Recently I talked with a young friend in another state who serves as a campus pastor for a large multisite church.
“Have you had many opportunities to preach lately, Chris?” I asked at one point.
“No,” Chris replied sadly. “You know what Pastor Tom is like. He’s in the pulpit nearly every week.”
“But he’s already over 70,” I pointed out. “Don’t you think he will want to wind down or retire someday?”
“Retirement isn’t in Tom’s vocabulary,” Chris responded with a chuckle. “It’s likely he will be preaching until the day he dies.”
I was troubled by what Chris told me that day. Yes, it’s admirable that Pastor Tom loves to preach. It’s a large church, and he’s clearly good at what he does.
However, there’s an important Biblical principle at stake: Every leader is called to equip the next generation and actively train their replacement. By holding onto the pulpit so tightly, Pastor Tom was missing out on a great opportunity to mentor Chris and other young leaders.
Untying the Next Generation
A few days after my conversation with Chris, I happened to read an intriguing account of Jesus’ preparation for His triumphal entry into Jerusalem the Sunday before His crucifixion.
Jesus sent two of his disciples, saying to them, “Go to the village ahead of you, and just as you enter it, you will find a colt tied there, which no one has ever ridden. Untie it and bring it here. If anyone asks you, ‘Why are you doing this?’ say, ‘The Lord needs it…’” They went and found a colt outside in the street, tied at a doorway (Mark 11:1-4 NIV).
This short passage is packed full of important insights for Christian leaders today:
- The disciples were sent to a village “ahead of” them. Leaders who are not training the next generation are being shortsighted. Although things may be going great at the moment, they are failing to prepare their church for the days ahead.
- The colt was inexperienced and untested. Doesn’t this seem a bit odd? Palm Sunday was an epic event in the life of Jesus, and we might have expected Him to find a donkey with a proven track record. Yet He instructed the disciples to select a colt that had never been ridden before.
This seems to me like a risky choice. What if this untested colt screwed up? What if it went off course or refused to move at all?
Jesus seemed to thrive on taking chances. In Luke 9, He sent out His inexperienced disciples into ministry, and they made many embarrassing mistakes. However, He sent them out again in the next chapter.
What a great lesson for us! The only way untested leaders will gain experience is if we give them a chance to fail.
- The disciples were instructed to “untie” the colt – even before anyone gave them permission. This is such a beautiful word picture! It’s time to “untie” the next generation of leaders. We don’t have to wait until they have all the right ministerial credentials, because Jesus has already ordained them (John 15:16 KJV). Whether or not our denomination or church governing body has consented yet, we have permission from the Master Himself.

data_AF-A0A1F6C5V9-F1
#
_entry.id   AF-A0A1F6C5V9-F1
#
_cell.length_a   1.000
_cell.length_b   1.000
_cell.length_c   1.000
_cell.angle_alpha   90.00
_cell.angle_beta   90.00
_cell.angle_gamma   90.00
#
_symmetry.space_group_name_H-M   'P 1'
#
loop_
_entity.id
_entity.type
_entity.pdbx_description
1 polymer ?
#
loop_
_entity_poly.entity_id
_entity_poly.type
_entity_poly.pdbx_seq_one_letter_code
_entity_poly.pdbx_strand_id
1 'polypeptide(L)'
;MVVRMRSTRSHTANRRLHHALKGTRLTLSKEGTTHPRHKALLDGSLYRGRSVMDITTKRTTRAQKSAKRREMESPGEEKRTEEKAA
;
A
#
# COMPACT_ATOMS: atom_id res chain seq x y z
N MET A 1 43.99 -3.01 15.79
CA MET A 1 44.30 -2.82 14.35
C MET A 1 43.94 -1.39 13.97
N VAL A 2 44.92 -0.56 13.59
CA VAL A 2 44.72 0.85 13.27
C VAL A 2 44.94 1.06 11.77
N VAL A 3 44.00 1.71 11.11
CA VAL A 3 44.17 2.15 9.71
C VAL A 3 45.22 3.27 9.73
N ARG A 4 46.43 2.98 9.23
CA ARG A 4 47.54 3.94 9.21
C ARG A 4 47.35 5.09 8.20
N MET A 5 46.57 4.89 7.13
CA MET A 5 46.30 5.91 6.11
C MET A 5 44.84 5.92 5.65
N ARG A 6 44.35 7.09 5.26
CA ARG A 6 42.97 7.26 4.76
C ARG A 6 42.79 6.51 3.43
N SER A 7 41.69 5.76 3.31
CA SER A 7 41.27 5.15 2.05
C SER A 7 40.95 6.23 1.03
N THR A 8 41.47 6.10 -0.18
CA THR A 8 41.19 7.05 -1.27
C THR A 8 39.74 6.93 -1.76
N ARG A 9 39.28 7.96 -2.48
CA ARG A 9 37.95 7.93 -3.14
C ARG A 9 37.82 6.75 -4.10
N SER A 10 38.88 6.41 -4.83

- Jesus said He had a “need” for this colt. Wow. This is exactly what the Lord is saying today about His need for the next generation of leaders. Unless they are untied and equipped, His mission will never be completed. Tragically, though, many leaders are like Pastor Tom, feeling no need to let go of their pulpit and position.
- The colt was tied to a “doorway” or “gate.” Don’t miss this point. The church today is at a critical juncture, a doorway into our future. How we handle this moment will determine whether or not we will thrive, or even survive, in the decades ahead.
Some Will Protest
The story had a happy ending. Jesus triumphantly rode into Jerusalem on this young colt. But notice that people questioned what the disciples were doing: “Some people standing there asked, ‘What are you doing, untying that colt?’ They answered as Jesus had told them to, and the people let them go” (Mark 11:5-6).
In the same way, you can be sure of this: Not everyone will be thrilled when you endeavor to untie the young colts in your church. There’s always an old guard who wants to protect the status quo and prevent untested leaders from emerging.
Nevertheless, I encourage you to go and find some young believers to unleash and equip. Once again, Jesus is getting ready for a triumphal entry, and the young colts will be a vital part of the story.